What is RSV? | Respiratory Syncytial Virus | FluCamp

Respiratory Syncytial Virus Explained

Everybody knows what the common cold and influenza are, but we’d guess not many have heard of RSV (Respiratory Syncytial Virus). So, what it is? Well, it is a very common virus that leads to mild, cold like symptoms in adults and older healthy children, but for babies and those in high-risk groups RSV symptoms can be more serious and fatal.


What are the symptoms of RSV?

Respiratory Syncytial Virus symptoms most commonly appear about four to six days after exposure to the virus and include:

  • a congested or runny nose,
  • dry cough,
  • low-grade fever,
  • sore throat,
  • mild headache.

RSV Symptoms in Babies and High-Risk Groups

RSV in babies and those in high-risk groups such as the elderly can be much more serious. RSV symptoms in babies and those in high-risk groups can include:

  • fever,
  • severe cough,
  • wheezing,
  • rapid breathing or difficulty breathing
  • bluish colour of the skin due to a lack of oxygen.

RSV in Children and Infants

Respiratory Syncytial Virus is the most common germ that causes lung and airways infections in infants and young children. Most infants have had this infection by two years old. It is the most common cause of bronchiolitis and pneumonia in children under one year of age.

RSV symptoms in infants can include:

  • a congested or runny nose,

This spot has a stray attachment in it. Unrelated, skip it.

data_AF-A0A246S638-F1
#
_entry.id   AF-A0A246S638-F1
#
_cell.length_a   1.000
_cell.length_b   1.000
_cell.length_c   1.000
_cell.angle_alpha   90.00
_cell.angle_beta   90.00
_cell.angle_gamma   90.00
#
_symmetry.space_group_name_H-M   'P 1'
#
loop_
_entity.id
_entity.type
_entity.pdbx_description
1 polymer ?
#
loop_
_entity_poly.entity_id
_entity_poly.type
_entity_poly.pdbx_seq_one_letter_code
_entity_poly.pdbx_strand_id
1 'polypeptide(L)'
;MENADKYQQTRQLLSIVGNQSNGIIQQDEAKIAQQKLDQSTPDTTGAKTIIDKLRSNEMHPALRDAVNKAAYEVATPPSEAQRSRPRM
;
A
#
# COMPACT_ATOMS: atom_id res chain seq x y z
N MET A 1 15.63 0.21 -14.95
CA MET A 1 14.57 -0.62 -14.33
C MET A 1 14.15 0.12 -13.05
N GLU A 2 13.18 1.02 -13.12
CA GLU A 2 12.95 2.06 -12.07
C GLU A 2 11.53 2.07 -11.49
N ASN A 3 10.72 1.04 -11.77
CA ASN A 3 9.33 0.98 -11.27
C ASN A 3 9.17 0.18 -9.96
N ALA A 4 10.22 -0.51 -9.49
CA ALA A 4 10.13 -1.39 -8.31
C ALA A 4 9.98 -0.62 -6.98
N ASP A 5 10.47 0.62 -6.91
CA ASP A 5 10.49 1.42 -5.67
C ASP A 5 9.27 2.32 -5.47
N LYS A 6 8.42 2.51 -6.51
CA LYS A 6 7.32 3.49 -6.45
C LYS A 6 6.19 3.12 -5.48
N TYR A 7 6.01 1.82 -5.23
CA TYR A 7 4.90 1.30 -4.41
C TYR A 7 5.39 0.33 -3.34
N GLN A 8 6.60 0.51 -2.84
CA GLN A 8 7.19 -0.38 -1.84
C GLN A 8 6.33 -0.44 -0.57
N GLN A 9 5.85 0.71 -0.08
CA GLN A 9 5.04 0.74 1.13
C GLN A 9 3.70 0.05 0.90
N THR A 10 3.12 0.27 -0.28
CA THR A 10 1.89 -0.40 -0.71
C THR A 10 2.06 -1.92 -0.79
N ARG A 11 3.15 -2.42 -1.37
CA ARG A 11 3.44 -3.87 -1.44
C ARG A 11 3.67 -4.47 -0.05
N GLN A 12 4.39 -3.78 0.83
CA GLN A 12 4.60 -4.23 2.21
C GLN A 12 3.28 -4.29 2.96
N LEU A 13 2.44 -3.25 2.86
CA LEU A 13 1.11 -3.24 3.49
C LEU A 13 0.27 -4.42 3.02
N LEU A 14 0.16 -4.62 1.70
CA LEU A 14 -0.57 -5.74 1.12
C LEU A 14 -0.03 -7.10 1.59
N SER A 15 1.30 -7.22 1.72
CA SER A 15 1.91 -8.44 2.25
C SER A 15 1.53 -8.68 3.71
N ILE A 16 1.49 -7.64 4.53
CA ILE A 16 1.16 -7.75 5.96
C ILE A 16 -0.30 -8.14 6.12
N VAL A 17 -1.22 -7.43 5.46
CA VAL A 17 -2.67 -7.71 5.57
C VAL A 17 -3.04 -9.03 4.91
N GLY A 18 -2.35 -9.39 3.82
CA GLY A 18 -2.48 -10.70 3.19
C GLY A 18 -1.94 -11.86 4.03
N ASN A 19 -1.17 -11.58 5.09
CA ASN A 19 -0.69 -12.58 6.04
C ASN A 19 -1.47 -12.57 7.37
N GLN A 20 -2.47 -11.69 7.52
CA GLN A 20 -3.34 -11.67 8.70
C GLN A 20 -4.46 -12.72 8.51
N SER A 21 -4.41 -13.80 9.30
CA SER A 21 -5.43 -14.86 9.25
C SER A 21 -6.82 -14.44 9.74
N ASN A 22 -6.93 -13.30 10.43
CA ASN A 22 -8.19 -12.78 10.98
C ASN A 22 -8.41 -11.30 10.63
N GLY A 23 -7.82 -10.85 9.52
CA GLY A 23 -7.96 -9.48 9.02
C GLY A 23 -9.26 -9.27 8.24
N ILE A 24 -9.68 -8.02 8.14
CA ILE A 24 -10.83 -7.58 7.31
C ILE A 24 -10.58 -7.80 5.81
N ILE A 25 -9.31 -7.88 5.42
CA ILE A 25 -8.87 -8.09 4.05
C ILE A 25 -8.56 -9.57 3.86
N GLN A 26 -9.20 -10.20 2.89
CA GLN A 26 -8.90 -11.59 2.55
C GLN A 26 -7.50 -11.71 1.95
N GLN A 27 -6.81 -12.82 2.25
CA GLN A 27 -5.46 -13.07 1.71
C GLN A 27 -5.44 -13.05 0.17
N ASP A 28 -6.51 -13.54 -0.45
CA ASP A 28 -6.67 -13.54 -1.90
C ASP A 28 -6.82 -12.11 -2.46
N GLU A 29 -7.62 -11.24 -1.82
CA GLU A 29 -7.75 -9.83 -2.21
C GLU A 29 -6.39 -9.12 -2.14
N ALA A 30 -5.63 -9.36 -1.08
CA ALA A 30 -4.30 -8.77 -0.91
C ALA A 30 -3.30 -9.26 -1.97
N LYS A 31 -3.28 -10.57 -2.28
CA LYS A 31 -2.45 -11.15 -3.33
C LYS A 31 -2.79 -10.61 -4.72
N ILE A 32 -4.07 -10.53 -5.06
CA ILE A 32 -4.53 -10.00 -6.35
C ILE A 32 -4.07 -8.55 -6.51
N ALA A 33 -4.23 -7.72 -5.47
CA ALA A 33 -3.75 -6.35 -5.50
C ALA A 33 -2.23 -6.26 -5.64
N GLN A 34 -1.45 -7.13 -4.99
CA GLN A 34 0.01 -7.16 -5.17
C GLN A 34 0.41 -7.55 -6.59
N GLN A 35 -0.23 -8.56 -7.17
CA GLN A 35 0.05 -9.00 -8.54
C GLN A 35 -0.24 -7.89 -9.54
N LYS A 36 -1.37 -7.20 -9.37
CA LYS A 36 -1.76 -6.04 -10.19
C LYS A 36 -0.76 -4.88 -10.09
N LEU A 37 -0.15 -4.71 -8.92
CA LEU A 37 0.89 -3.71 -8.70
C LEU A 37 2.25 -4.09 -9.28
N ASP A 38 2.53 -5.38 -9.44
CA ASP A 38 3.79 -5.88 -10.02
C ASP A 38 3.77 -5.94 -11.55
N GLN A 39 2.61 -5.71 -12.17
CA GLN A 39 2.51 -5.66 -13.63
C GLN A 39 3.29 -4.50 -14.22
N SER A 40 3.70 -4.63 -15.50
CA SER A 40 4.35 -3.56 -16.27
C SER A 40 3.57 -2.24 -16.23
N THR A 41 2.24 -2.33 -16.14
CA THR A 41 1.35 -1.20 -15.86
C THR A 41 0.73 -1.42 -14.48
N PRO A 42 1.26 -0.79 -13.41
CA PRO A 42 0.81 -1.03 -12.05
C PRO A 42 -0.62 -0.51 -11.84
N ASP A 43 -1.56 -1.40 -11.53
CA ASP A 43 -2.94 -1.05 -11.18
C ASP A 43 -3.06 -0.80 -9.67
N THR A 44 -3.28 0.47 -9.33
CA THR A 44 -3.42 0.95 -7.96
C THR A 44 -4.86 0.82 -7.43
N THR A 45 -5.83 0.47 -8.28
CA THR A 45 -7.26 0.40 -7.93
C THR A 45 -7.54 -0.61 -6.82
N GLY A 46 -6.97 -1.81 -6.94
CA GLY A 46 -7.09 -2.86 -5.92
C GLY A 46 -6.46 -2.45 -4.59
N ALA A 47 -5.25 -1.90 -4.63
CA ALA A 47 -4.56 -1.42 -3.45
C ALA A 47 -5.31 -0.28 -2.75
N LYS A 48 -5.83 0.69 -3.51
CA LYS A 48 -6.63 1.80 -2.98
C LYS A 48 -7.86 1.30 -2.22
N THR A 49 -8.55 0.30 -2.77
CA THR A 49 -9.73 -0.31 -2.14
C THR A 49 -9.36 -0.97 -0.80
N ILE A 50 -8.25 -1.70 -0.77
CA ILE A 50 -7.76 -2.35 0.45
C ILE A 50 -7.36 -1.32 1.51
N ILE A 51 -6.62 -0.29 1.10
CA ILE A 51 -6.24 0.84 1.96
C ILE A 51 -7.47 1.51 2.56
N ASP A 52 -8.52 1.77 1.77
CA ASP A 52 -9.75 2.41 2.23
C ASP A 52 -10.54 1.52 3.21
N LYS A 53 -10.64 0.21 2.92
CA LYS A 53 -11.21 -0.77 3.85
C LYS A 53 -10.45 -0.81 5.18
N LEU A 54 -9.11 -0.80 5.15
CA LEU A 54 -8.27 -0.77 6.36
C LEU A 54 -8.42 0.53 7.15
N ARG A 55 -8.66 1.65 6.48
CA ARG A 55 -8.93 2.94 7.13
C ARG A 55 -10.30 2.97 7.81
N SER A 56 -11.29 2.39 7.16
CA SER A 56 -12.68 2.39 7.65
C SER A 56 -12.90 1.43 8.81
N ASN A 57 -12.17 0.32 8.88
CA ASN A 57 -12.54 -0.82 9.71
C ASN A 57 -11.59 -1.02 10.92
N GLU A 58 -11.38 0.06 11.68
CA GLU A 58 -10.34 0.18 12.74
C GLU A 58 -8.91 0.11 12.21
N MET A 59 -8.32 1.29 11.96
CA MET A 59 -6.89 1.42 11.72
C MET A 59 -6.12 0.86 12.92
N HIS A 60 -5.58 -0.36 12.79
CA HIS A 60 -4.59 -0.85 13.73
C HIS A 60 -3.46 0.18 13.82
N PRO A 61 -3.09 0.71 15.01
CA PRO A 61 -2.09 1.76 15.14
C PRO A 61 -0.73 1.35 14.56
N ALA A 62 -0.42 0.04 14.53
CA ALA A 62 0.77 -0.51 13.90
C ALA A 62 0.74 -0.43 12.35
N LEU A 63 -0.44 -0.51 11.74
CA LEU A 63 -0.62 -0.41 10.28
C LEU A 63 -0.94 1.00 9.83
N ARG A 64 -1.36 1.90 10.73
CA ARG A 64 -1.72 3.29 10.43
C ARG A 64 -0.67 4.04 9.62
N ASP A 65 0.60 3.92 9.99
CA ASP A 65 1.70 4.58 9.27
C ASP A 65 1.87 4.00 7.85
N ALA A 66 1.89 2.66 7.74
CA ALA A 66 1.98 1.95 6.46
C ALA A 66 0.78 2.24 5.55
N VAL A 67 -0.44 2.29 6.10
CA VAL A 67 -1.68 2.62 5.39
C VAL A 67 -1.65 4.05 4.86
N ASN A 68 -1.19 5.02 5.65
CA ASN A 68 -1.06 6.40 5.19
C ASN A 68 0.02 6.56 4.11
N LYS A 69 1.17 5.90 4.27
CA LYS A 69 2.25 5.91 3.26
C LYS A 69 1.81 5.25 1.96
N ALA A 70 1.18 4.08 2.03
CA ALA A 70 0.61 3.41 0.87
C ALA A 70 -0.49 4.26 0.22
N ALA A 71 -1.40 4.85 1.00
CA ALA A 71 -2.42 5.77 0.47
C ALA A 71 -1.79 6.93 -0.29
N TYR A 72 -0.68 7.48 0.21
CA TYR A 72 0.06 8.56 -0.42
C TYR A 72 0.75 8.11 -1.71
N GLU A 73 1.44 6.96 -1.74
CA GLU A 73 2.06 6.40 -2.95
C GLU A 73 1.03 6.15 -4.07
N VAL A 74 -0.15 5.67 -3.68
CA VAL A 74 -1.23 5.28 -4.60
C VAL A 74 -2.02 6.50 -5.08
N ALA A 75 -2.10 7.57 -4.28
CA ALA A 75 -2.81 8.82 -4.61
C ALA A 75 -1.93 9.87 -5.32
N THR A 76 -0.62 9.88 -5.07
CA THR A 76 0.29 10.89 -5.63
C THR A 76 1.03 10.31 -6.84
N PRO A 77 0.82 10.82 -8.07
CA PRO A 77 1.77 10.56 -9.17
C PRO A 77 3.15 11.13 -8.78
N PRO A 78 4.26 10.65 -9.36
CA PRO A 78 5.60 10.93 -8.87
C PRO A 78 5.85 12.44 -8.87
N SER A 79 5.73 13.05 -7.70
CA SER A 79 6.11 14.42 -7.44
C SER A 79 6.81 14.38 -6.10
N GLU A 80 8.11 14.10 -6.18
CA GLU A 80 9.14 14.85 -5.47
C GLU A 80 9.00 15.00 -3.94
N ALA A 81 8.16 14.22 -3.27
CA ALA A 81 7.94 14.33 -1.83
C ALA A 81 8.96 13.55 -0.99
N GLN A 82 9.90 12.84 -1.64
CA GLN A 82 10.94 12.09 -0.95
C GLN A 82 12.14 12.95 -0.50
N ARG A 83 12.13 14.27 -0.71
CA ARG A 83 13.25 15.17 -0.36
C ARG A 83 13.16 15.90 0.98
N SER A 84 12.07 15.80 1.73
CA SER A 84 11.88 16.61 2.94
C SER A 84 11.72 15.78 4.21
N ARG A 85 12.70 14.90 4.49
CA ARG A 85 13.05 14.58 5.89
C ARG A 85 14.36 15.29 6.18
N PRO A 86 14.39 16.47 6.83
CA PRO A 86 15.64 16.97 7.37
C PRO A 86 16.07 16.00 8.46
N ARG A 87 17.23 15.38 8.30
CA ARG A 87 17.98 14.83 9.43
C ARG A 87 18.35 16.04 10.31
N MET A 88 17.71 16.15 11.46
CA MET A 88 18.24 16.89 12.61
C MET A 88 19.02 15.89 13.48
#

• dry cough,
  • low-grade fever,
  • sore throat,
  • mild headache.

Is RSV Contagious?

It is highly contagious and can spread through schools and childcare centres quickly. Babies often get it when older children carry the virus home from school and pass it to them. Most children and adults recover in 1-2 weeks, although some might have repeated wheezing. Severe or life- threatening infection requiring a hospital stay may occur in premature babies or infants and adults who have chronic heart or lung problems.

How You Can Help

RSV Vaccine Trials & Studies

Unfortunately, around 30 babies die each year in the UK from RSV, and there is currently no specific treatment for RSV infection. This is why we are conducting a lot of studies on the virus this year to find out more about it. If you would like to help us with our research, or would just like to know more about our RSV vaccine trials, or to sign up, click here!

< >


An average clinical trial length is 11 – 14 days. To apply for FluCamp please complete our online form. We'll call you back within 24 hours to explain the next steps so you can decide if it's for you.